Nepal has the option to involve the British with whom the treaty was signed and maps exist in US Congress and UK. Besides, there have been historical survey and population survey conducted by Nepal almost 60 years ago, and the surveyor who is now a well-known literary figure, is there to attest to the fact. 

Border expert Buddinarayan Shrestha in his book Sima Sangram revealed that out of 1850 km border between India and Nepal, 660 km is disputed. Similarly, Nepal has 26 districts that share border with India and 23 of them have disputes in 71 places. The nature of disputes range from inundating Nepali land by the Indian border dams, roads and constructions, and making the old pillars disappear, then replace with smaller ones way inside Nepal, as well as Border Security Force personnel of India marching right into Nepal’s farms to destroy the crops and denying  farmers any access. In Sarlahi district alone, 450 border pillars are reported to be missing, Changing course of rivers and the dam construction by India play big roles in pillars being swept away. India is reported to have captured 374 square kilometer of Nepal in Nalapani area alone, and total area of land usurped till now amounts to be equivalent to 15 Singapore, or 4 Israel. 

Border encroachment of Nepal is not only India’s prerogative, it seems. China is also reported to have captured 36 hectares of land along the four districts in the north.  Once China starts increasing the pace of development in Tibetan region, more land is expected to be encroached.  Nepal government has taken the cowardice policy on border dispute to remain silent. Taking advantage of Nepal’s meekness, China and India agreed in 2015 to conduct trade through area that Nepal claims as its own, bypassing Nepal altogether in the negotiation.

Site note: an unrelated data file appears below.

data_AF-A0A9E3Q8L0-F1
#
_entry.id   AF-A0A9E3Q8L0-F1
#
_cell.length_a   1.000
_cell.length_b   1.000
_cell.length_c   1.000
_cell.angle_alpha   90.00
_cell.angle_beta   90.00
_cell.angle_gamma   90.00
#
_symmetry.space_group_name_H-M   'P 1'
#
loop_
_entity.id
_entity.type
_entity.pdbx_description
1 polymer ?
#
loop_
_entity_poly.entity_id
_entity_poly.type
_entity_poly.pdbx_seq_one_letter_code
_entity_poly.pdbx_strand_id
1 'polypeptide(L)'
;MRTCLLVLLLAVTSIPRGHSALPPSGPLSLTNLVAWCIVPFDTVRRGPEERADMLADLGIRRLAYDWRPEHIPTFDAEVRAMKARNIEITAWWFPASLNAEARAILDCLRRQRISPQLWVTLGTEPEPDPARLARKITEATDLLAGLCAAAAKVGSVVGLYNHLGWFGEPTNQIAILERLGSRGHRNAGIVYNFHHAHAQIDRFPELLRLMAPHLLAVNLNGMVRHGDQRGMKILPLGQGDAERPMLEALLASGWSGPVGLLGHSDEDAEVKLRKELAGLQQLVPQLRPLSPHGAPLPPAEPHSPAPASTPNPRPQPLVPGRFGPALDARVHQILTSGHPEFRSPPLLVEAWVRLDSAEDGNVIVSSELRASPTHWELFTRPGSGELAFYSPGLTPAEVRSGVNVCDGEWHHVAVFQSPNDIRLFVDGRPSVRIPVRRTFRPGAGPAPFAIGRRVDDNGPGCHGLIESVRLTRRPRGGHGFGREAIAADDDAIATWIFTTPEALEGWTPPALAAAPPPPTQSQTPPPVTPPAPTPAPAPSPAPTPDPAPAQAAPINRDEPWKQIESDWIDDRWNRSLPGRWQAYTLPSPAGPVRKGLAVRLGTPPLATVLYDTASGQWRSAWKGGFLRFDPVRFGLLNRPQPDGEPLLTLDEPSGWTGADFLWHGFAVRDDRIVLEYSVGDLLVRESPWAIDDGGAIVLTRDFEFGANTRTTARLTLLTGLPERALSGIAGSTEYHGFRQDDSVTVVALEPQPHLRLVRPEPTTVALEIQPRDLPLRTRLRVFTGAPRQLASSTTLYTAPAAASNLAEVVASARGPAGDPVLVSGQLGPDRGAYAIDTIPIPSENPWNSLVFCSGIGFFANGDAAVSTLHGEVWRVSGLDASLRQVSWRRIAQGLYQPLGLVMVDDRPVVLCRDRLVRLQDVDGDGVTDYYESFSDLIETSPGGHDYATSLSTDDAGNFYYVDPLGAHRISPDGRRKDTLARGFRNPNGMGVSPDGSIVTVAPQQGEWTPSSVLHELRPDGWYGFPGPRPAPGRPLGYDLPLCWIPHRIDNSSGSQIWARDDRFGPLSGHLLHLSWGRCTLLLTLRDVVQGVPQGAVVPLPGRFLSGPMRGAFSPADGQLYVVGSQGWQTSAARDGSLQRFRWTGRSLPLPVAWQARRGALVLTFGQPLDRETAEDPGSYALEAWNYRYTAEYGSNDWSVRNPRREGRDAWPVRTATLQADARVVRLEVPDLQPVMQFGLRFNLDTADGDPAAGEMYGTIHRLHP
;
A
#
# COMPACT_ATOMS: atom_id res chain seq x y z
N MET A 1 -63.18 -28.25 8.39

There is only one reason for such aggression against Nepal. It is the political leadership that has failed to stand for border security, either by resolving it amicably, or by placing Nepal’s army in disputed area. Since the time of the monarchy, the problem has remained, and that is the unfortunate reality for Nepalese. 

Despite all, the most disturbing aspect of the current incident is the government’s response. Police reacted with violence and arrested the agitating students who wanted to handover petition to the Indian embassy. Think about the message government has sent to the youth: “You have no right to protest against the encroachment of our border. Keep quiet or else.” 

It is now up to the people to protect Nepalese borders. There are 60 Musahar families living at the border of Mahotari district, who have continuously fought against the Indian BSF force and their abuse to protect the border pillars. They live hand to mouth and even rely on India for their meager income. They should be given stipend and support for education and jobs, instead of discriminating against them in any way. The population living along the border had better be treated with respect and provide amenities for their staunch stance on behalf of their mother Nepal.

Will better judgment prevail? 


he writer is a graduate of Arizona State University in Political Science. He is working as a social activist and motivational speaker for students across Nepal since 2007.

The views and opinions expressed in this article are those of the author and do not necesarily reflect the official policy or position of Nepalisite.